Unbelievable, Fruiting Coconut Palm in Southern California!

56 posts in this topic

11 hours ago, GottmitAlex said:

Well said. And yes, the unprotected Corona 9b coco.. the sweet irony. 

Until now, the only thing I have read which keeps cocos from growing in Socal zone 10, are the antagonistic folks "reminding" us all that cocos cannot grow in Socal.

As you aptly noted, the Corona ( freezing and snowy, 9b) coco is living proof of the opposite of the hearsay/myth. Those pontificating statements will give anyone a downer. And hence influence  folks to grow something instead of a coco or another tropical palm. I.e. bottle, dunno, A. merillii..... et al

Might as well plant some Cyrtostachys renda interspersed between the Coconuts for contrast and color. Perhaps some Vershaeffeltia splendida too for the beautiful stilt roots.

That would really show up the naysayers. :interesting: 

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Bump. 

Someone posted these on the FB page. Cocos nucifera in Del Mar. 

 

FB_IMG_1528291122223.jpg

FB_IMG_1528291132793.jpg

FB_IMG_1528291135150.jpg

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On 5/25/2018, 3:49:09, GottmitAlex said:

Well said. And yes, the unprotected Corona 9b coco.. the sweet irony. 

Until now, the only thing I have read which keeps cocos from growing in Socal zone 10, are the antagonistic folks "reminding" us all that cocos cannot grow in Socal.

As you aptly noted, the Corona ( freezing and snowy, 9b) coco is living proof of the opposite of the hearsay/myth. Those pontificating statements will give anyone a downer. And hence influence  folks to grow something instead of a coco or another tropical palm. I.e. bottle, dunno, A. merillii..... et al

:greenthumb:  My rule of thumb with such skewed sentiment is to put such thought on the back burner / ignore / don't engage list, and test/ zone push.. whatever you might call it, myself.. and draw my own conclusion(s). Sometimes things fail, other times surprise, more importantly, you gain priceless knowledge a naysayer wouldn't.. which is more valuable in life and discussion in the end.


 All other potential challenges considered, an earlier thought you shared about digging a.. say 4' x 5' x 4' sized hole and filling with a soil mix that could potentially tip the scales in favor of success has crossed my mind several times when thinking about what could be done to give a Coconut an advantage in CA. 

Regarding Adonidia, there is/was.. a thread started awhile back  over on the Tropical Fruit Forum referring to someone supposedly growing one to fruiting size somewhere in San Diego County. Never saw pictures posted, and you'd likely have to dig through a few pages to find it. Would try one myself, until i succeeded,  if there.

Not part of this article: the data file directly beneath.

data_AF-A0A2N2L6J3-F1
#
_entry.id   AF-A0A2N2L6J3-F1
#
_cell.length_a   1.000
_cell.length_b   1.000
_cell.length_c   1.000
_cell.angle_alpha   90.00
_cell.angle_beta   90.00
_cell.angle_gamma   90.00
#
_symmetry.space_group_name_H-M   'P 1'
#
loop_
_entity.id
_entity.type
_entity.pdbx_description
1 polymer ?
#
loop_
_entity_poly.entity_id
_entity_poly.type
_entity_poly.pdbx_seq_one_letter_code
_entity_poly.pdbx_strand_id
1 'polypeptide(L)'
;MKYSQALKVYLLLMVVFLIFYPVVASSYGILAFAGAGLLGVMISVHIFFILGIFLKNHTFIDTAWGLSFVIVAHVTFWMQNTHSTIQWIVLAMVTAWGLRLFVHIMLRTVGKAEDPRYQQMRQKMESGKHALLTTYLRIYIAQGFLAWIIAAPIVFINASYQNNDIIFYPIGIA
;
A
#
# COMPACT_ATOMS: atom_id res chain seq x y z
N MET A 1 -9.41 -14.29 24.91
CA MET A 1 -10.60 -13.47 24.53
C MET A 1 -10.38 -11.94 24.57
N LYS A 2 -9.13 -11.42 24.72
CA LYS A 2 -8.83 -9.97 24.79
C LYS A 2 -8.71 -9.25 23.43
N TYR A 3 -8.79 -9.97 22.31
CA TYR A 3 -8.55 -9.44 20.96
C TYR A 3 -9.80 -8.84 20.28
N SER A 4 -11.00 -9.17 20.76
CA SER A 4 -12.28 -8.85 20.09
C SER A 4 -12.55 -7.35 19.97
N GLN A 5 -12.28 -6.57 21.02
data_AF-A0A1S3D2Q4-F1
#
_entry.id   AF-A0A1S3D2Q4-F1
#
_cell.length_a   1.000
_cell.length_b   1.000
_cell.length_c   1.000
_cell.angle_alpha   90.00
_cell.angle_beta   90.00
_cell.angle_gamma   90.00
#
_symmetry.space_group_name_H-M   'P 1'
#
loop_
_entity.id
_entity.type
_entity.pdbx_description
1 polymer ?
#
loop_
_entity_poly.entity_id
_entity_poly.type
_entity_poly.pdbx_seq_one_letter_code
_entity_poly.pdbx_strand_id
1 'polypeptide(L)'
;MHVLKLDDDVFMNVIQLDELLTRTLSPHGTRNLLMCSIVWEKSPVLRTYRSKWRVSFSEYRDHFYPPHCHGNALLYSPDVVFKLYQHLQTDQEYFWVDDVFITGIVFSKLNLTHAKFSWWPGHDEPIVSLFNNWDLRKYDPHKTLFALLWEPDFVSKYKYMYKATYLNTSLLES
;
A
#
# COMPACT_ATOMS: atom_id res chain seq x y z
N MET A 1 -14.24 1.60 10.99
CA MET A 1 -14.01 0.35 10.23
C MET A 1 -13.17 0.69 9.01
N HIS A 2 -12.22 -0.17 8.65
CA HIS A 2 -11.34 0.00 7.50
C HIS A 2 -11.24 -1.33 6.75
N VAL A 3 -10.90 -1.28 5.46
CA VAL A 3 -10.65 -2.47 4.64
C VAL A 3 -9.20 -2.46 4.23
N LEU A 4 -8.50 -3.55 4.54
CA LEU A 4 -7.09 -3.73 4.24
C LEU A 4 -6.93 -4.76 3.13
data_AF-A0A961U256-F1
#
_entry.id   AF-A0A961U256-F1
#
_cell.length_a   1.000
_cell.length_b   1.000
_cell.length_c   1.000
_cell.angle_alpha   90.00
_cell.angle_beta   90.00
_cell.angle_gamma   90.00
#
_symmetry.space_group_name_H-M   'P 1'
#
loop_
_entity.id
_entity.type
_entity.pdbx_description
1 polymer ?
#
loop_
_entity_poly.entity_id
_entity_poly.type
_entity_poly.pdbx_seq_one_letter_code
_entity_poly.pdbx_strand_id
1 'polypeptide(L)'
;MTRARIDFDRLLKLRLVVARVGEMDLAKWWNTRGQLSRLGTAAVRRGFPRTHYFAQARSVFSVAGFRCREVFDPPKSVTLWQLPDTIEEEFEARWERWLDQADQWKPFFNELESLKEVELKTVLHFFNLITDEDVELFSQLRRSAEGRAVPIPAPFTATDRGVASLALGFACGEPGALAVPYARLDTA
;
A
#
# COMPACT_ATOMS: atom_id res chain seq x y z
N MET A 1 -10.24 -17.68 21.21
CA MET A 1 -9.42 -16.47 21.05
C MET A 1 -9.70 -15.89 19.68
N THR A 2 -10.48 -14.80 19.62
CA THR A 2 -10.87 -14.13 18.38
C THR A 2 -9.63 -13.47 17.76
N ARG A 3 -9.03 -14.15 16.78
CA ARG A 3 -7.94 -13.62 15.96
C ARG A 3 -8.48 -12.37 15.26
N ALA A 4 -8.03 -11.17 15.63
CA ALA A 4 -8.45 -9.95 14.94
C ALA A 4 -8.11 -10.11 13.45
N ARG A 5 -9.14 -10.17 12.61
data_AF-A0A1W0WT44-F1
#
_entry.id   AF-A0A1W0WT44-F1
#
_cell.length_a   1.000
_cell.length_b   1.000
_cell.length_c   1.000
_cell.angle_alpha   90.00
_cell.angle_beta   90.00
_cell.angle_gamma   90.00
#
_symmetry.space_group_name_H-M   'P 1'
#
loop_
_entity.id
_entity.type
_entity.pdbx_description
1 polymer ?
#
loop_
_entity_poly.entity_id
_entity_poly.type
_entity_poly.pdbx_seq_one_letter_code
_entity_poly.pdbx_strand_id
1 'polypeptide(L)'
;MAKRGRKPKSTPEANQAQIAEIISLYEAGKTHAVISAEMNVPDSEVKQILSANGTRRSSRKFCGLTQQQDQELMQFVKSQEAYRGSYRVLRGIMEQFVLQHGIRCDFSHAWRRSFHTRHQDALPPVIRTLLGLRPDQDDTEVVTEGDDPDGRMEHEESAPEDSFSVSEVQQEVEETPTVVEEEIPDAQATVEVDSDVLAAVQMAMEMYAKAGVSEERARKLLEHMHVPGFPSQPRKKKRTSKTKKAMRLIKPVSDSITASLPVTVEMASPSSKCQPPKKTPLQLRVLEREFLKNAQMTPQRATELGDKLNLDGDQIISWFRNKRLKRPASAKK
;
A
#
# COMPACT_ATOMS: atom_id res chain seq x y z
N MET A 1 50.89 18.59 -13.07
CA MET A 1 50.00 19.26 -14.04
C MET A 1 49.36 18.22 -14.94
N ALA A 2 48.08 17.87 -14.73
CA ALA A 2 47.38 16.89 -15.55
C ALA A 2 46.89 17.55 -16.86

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18 minutes ago, Silas_Sancona said:

:greenthumb:  My rule of thumb with such skewed sentiment is to put such thought on the back burner / ignore / don't engage list, and test/ zone push.. whatever you might call it, myself.. and draw my own conclusion(s). Sometimes things fail, other times surprise, more importantly, you gain priceless knowledge a naysayer wouldn't.. which is more valuable in life and discussion in the end.


 All other potential challenges considered, an earlier thought you shared about digging a.. say 4' x 5' x 4' sized hole and filling with a soil mix that could potentially tip the scales in favor of success has crossed my mind several times when thinking about what could be done to give a Coconut an advantage in CA. 

Regarding Adonidia, there is/was.. a thread started awhile back  over on the Tropical Fruit Forum referring to someone supposedly growing one to fruiting size somewhere in San Diego County. Never saw pictures posted, and you'd likely have to dig through a few pages to find it. Would try one myself, until i succeeded,  if there.  

Great advice. Quick example, recently I had hundreds of fresh Sabal causiarum seed with fruit still on. I asked for advice on germination, many said remove the fruit for proper germination. Of the 700 seeds, I cleaned 350 and left the fruit on 350. As of today, only 2 germinated from the seeds with the fruit removed. The seeds with the fruit left on? 60-70% germination.

I realize that the advice I received is generally accepted for palm seed germination. Getting good or bad advice isn't my point, it's about trying and learning things for yourself.

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Posted (edited)

51 minutes ago, IHB1979 said:

Great advice. Quick example, recently I had hundreds of fresh Sabal causiarum seed with fruit still on. I asked for advice on germination, many said remove the fruit for proper germination. Of the 700 seeds, I cleaned 350 and left the fruit on 350. As of today, only 2 germinated from the seeds with the fruit removed. The seeds with the fruit left on? 60-70% germination.

I realize that the advice I received is generally accepted for palm seed germination. Getting good or bad advice isn't my point, it's about trying and learning things for yourself.

Exactly, ..and interesting. I always had good luck with cleaned seed back in Bradenton.. never thought to test cleaned Vs. uncleaned batches though..

I mean, yea.. totally human to possess a healthy level of skepticism. Everyone should..  but if, for example, you never test a negative opinion ( your own or another's), repeatedly if necessary, or seek to dissuade anyone looking to learn for themselves,  its possible you're choosing to settle for an answer that might not be correct.  Not one to settle for ..anything..  deep perhaps but anyway,